Compounding his frustration, Mannarino said, was the advice he received from four specialists he consulted in Paris. Two suggested exploratory surgery. There was no guarantee of finding anything, and the procedure itself might have ended Mannarino’s career. He declined.
One brought up the idea of wearing a glove, like golfers, and the last specialist said the pain wouldn’t ever subside and that Mannarino should just forget about tennis. His emotional state deteriorated.
“The emotions weren’t the best because you are going to see a specialist and you realize he doesn’t give a sh-- about what you are saying to him,” said Mannarino, who likes to take the ball early with his compact forehand and backhand. “To him, if I was going to play or not play, it’s not going to change his life.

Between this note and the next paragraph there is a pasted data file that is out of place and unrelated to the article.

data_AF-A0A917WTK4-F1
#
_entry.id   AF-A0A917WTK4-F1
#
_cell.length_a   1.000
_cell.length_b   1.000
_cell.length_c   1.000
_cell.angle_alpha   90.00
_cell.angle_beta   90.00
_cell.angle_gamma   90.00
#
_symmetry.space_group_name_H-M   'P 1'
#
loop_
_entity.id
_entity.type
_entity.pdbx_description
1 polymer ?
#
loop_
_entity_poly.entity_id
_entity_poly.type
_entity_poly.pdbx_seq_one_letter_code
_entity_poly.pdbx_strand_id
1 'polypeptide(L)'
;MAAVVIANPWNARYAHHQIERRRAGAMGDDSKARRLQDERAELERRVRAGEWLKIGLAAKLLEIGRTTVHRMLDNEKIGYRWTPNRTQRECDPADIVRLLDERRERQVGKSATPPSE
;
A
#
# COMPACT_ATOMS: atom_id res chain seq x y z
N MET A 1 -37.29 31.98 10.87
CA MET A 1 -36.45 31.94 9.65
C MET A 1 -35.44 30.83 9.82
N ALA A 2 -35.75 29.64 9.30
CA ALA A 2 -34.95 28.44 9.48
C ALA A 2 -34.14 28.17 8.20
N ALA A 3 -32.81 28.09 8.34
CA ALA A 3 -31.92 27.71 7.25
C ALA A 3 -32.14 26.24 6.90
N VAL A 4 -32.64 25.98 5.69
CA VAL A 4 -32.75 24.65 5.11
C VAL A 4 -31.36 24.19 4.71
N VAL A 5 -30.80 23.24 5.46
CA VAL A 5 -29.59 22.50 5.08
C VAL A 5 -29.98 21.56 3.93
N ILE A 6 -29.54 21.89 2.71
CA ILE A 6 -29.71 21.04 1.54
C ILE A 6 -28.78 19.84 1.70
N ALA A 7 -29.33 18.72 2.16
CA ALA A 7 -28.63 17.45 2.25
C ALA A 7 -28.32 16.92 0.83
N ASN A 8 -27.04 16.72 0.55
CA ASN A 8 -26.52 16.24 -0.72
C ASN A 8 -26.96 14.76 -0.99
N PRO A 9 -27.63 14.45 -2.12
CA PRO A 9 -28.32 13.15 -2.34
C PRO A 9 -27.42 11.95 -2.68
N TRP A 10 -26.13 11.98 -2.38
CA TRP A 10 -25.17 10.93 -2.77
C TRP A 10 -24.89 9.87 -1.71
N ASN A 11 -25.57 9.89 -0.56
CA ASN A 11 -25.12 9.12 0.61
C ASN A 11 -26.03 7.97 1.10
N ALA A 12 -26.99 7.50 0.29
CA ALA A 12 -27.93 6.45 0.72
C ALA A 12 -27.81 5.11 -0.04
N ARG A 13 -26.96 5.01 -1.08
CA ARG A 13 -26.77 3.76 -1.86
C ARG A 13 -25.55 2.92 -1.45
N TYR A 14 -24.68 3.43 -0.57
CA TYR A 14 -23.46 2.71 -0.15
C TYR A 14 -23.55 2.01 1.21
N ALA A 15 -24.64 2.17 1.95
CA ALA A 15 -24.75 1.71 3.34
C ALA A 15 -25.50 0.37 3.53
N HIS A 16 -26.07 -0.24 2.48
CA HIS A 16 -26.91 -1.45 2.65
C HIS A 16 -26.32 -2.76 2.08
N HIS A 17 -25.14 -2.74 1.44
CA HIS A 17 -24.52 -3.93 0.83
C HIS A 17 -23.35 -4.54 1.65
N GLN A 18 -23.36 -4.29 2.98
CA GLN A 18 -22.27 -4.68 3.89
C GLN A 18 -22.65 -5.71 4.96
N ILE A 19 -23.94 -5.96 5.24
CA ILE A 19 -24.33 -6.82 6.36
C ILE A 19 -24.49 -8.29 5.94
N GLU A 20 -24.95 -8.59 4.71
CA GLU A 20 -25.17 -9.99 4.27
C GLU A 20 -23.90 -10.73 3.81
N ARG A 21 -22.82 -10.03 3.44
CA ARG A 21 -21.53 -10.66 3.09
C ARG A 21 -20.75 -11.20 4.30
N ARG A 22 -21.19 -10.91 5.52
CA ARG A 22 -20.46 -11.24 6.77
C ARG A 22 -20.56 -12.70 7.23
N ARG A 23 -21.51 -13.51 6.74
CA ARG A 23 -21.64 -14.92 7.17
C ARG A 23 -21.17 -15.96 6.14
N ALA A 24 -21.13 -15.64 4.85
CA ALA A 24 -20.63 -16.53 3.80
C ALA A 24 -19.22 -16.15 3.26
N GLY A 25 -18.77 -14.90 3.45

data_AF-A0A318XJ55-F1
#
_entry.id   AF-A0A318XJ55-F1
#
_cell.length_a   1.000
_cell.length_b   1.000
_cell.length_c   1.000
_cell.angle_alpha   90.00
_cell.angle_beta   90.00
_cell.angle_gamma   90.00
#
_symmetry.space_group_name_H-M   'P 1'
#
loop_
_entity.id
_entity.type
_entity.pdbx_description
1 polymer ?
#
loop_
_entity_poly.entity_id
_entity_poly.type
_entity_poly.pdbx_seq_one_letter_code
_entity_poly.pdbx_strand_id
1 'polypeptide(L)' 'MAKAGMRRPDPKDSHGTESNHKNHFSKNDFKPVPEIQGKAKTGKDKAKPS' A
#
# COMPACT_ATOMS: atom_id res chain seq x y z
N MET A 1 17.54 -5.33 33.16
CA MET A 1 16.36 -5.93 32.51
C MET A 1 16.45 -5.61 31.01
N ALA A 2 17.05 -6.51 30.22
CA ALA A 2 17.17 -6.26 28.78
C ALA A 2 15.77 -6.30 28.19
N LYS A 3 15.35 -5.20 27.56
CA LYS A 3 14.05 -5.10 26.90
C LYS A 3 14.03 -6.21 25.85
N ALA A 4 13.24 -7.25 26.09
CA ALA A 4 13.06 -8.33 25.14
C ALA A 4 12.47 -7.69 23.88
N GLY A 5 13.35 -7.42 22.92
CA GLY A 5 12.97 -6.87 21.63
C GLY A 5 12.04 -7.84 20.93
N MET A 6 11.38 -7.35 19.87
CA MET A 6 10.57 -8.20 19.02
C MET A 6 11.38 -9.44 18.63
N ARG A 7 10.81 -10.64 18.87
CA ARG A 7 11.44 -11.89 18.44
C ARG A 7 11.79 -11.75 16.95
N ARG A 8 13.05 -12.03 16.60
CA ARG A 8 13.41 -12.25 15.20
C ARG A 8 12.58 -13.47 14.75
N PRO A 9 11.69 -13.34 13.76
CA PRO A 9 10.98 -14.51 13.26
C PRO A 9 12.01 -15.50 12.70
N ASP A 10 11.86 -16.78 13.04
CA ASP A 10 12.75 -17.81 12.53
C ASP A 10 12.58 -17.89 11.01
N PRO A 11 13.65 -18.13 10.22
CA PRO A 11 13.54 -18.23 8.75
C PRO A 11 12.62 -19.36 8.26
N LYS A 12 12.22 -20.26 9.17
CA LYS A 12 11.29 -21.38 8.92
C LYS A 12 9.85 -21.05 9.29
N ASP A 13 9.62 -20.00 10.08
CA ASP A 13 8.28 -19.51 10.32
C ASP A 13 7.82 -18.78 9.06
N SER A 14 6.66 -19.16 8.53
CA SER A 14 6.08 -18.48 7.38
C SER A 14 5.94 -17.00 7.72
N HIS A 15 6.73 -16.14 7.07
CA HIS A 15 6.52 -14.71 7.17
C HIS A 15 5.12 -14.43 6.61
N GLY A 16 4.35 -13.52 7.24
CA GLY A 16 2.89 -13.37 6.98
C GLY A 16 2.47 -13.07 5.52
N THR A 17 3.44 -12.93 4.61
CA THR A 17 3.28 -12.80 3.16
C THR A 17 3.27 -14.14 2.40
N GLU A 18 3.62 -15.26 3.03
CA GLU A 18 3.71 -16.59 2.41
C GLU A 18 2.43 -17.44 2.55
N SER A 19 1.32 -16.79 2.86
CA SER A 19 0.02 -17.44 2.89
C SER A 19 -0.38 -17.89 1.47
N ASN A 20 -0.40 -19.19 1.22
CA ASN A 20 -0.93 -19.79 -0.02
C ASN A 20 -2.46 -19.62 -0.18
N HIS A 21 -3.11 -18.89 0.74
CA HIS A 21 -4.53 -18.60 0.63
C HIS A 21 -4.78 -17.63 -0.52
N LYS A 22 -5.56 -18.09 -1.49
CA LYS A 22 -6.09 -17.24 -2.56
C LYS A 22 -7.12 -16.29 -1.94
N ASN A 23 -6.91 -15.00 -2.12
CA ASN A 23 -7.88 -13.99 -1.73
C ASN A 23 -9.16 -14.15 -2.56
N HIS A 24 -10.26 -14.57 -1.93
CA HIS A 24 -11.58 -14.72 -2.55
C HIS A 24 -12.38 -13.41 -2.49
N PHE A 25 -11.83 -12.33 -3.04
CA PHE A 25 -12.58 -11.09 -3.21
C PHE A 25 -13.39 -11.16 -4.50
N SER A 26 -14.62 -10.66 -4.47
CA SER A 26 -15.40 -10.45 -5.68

“Second, he’s not going to give you any solutions so you felt like you went to see him for nothing, and you are especially disappointed. The third point is that it costs you a lot of money.”
Without a firm diagnosis, Plan B was required. Altering the grip on the forehand seemed like the lone alternative. If that didn’t work, a premature end to his days on the tour beckoned. The hard graft began with his then coach, Olivier Ramos.
“It was a big change,” said Mannarino, also pegged back in his career by a serious knee injury roughly six years ago, and a hip complaint after his hand troubles necessitated “many” injections. “I realized even if I was able to play [with the old grip], I wasn’t able to play well. So I took three months off and worked on this. I changed completely the way I was holding the racket.
“I can’t complain. It’s been positive.”
Free of any discomfort in the hand, reverting to his old grip isn’t a consideration.
“The new grip is much better for my game,” he said. “I have no reason to change it again.”